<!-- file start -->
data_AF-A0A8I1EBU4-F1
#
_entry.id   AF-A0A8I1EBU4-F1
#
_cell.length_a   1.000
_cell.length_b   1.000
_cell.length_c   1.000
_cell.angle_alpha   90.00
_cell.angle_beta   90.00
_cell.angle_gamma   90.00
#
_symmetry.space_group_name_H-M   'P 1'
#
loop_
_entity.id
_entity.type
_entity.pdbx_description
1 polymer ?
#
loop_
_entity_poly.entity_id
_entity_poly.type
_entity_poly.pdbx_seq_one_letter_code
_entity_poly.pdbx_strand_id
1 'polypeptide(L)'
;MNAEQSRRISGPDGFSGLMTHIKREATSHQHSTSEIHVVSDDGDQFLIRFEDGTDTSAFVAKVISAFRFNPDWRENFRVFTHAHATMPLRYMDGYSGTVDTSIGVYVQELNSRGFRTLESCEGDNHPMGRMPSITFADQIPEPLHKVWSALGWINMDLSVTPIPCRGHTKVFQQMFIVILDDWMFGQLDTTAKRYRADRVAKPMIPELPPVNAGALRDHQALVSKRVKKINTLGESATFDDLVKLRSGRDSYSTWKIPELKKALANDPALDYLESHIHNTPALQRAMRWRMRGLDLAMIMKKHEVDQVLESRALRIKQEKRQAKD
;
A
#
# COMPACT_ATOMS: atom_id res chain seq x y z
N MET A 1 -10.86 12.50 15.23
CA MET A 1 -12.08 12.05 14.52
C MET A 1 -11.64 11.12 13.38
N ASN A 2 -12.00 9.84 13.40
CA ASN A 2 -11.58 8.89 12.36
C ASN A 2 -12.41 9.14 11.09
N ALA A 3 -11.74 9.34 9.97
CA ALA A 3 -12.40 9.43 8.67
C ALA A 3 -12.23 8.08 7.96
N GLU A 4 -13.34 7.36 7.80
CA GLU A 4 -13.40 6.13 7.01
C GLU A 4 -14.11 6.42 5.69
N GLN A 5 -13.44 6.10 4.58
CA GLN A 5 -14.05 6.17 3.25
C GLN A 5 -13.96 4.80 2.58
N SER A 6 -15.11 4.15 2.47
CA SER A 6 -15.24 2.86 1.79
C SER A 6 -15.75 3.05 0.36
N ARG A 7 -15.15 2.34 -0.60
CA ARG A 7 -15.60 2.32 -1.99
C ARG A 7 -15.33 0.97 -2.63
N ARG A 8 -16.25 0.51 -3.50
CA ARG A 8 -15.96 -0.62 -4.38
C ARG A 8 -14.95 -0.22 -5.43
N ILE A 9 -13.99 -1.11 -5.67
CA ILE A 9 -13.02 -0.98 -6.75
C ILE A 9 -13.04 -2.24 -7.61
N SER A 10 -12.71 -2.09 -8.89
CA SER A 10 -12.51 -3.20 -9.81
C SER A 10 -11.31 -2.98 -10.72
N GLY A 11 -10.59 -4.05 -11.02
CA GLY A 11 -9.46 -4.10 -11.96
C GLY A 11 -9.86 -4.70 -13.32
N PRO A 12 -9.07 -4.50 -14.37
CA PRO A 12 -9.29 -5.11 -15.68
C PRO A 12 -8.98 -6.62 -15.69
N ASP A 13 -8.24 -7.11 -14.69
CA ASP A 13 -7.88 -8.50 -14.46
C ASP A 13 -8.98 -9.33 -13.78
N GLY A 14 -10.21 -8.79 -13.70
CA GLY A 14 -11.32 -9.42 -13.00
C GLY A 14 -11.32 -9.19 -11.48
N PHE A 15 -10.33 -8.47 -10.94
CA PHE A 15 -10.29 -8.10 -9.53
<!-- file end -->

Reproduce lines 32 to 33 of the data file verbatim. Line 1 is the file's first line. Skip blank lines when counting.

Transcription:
CA MET A 1 -12.08 12.05 14.52
C MET A 1 -11.64 11.12 13.38